August 6, 2012 (LifeSiteNews.com) – Calling the benefits of the various technologies already in use “dubious,” an article appearing in the latest edition of Reproductive Biomedicine Online, has called into question the safety and efficacy of artificial reproductive technologies surrounding in vitro fertilisation. Normally with new biomedical technologies, a technique is rigorously tested on animals for years before it is applied to humans, but in the IVF industry, new techniques have “rarely been robustly validated before clinical use in humans”.
Since the first “test tube baby” was born in 1978, the field of artificial reproduction has seen enormous leaps in technological innovations, but few of these, say the authors Rachel Brown and Joyce Harper, of University College London, have been broadly tested with rigorous clinical standards and the ethical implications for safety have been considered equally rarely.
Moreover, even as these untested techniques have proliferated in IVF clinics, developments “in our scientific understanding of a technique has failed to be quickly incorporated into clinical changes”. While the artificial reproductive tech industry has grown wildly over the last thirty years, there are growing concerns that some of these techniques “offer little or no benefit, and in the worse cases [are] not confirmed to be safe”.
The authors focus on a range of techniques to select gametes, sperm and ova, and artificially created embryos for implantation, such as sperm DNA-damage tests, intracytoplasmic sperm injection (ICSI) and preimplantation genetic screening. These and a number of newer techniques, “have rarely been robustly tested and approved before they are routinely offered to infertile couples”.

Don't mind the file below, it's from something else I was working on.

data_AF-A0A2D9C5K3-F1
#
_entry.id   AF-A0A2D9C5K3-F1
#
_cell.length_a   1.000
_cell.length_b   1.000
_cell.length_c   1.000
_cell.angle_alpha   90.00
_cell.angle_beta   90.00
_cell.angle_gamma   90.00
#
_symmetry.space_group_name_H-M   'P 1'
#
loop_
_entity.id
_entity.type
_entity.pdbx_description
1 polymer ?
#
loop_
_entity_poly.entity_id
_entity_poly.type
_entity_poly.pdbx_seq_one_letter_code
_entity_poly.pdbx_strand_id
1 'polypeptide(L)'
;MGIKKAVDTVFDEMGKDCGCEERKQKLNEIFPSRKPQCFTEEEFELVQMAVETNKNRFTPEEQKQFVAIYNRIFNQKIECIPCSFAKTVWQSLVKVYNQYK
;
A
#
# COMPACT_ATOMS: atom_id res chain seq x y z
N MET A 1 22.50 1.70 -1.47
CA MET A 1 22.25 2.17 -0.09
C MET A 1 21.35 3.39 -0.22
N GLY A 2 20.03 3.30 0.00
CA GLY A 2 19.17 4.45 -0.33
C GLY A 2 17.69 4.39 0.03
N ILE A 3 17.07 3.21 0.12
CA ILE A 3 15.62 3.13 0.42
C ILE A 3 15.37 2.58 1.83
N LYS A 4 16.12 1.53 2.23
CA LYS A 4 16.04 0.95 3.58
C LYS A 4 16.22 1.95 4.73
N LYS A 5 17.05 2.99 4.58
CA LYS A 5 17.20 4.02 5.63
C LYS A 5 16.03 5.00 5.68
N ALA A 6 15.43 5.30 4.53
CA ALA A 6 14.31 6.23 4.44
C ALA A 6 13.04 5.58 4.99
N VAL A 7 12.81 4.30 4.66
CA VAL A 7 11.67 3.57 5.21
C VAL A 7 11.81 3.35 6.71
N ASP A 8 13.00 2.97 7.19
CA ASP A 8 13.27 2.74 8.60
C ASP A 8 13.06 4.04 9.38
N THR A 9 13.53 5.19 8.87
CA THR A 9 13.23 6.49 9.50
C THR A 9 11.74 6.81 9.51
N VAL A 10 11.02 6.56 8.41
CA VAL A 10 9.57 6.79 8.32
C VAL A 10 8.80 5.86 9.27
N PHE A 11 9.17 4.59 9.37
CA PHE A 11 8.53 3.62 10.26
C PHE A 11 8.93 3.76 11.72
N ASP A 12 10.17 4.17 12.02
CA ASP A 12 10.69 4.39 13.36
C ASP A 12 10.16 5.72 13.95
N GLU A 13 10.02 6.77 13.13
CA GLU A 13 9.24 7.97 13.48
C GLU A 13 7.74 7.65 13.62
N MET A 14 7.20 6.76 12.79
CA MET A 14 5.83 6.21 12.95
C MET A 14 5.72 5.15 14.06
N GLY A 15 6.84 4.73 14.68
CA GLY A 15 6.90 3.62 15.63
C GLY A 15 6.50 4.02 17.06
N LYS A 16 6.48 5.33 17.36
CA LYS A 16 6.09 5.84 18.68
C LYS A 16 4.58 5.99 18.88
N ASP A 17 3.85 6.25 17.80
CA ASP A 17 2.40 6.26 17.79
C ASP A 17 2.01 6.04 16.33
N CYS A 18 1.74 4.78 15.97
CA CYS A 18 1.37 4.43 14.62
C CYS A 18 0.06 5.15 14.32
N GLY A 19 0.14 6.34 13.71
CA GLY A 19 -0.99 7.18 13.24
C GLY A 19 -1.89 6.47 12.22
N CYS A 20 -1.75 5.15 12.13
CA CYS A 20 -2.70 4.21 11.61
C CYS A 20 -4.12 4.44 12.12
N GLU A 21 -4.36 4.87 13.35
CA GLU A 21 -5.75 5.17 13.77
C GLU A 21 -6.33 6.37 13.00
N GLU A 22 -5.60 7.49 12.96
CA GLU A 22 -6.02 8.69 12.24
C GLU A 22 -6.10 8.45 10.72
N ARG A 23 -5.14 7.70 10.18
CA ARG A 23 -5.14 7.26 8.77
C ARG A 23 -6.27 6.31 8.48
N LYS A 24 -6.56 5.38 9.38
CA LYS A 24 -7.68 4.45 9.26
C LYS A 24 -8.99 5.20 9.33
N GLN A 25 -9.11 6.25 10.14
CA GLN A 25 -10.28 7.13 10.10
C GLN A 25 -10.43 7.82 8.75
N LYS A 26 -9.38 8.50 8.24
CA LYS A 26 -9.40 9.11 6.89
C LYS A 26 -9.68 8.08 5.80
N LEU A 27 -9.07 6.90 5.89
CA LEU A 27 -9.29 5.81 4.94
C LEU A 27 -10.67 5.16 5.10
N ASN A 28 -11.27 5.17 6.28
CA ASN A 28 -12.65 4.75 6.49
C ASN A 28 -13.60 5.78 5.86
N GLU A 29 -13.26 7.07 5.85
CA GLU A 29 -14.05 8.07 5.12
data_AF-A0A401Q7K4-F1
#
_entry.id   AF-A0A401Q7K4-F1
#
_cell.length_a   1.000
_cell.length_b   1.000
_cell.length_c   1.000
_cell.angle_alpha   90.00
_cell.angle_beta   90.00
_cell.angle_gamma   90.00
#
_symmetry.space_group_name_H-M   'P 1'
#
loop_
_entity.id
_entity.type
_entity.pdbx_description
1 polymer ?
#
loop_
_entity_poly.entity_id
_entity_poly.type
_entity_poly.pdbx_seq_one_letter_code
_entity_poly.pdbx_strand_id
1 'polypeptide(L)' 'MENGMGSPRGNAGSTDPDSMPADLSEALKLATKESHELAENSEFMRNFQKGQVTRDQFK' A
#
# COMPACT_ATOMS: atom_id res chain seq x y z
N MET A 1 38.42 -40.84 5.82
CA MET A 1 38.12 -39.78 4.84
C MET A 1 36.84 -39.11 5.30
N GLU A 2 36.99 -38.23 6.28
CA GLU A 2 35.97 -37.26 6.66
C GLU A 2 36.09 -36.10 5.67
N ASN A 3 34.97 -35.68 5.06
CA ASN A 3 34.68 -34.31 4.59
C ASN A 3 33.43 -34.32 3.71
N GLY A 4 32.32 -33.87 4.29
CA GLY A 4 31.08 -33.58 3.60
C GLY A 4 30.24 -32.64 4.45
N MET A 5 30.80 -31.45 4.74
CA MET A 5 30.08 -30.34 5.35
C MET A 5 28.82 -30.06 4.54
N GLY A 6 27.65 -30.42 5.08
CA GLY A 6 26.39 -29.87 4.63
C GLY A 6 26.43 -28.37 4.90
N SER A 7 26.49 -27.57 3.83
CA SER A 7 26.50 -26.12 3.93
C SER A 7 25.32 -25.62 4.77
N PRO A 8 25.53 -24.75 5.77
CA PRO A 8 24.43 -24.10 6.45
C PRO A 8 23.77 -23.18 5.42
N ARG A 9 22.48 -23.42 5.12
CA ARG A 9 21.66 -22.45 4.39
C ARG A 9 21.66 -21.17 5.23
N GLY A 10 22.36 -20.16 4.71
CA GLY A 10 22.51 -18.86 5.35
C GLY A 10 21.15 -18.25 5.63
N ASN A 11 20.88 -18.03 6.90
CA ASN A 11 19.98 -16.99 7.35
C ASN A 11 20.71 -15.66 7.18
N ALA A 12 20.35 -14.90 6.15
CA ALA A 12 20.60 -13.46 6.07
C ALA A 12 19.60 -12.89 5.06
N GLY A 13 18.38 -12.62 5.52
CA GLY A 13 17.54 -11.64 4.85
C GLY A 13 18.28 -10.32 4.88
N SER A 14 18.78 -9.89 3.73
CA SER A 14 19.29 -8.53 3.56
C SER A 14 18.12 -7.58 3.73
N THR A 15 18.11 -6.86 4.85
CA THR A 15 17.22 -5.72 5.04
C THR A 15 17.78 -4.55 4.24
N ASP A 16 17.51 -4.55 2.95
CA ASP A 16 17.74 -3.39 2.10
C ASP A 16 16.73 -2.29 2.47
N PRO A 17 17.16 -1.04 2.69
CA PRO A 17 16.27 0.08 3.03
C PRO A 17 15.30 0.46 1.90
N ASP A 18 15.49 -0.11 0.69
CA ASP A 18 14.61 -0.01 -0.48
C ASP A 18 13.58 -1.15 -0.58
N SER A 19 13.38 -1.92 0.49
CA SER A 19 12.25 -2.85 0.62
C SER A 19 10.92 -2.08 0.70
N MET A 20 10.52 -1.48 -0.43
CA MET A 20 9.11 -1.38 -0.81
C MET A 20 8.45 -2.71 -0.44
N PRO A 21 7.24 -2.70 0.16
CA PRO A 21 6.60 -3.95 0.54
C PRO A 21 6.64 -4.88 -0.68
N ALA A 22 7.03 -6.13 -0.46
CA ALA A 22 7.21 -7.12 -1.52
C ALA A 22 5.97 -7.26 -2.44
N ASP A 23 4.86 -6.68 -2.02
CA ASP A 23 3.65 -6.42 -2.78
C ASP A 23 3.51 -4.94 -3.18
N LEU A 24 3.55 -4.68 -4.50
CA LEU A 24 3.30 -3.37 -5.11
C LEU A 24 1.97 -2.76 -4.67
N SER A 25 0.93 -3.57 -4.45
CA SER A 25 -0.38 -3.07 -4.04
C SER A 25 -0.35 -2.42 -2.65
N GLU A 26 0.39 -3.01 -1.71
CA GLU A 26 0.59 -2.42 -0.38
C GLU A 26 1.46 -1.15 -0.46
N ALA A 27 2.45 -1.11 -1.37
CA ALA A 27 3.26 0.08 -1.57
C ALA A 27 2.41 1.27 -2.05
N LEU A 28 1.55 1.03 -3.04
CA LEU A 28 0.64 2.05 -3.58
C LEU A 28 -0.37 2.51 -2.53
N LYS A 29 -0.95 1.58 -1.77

Given that the average success rate of artificial reproductive technologies remains around 15 to 20 per cent, and that each treatment can cost tens of thousands of dollars, the authors question the ethics and efficacy of much of what is being offered in clinics. In a previous paper, published in December 2011 in the Oxford Journal of Human Reproduction, Joyce Harper questioned the industry’s eagerness to apply untested technologies to human beings, saying that while the technology has jumped forward, “laboratory protocols are also often established internationally without adequate validation.”
“With technologies such as producing gametes from stem cells around the corner, it is vital to ensure that the necessary research and development is conducted before bringing new techniques into clinical practice.”
The authors focus on the usefulness of sperm DNA-damage assessment, a technique that uses chemical tests to assess sperm for DNA damage in order to select sperm more likely to successfully penetrate the oocyte. Despite having been called into question by recent research, this technique continues to be widely offered they report.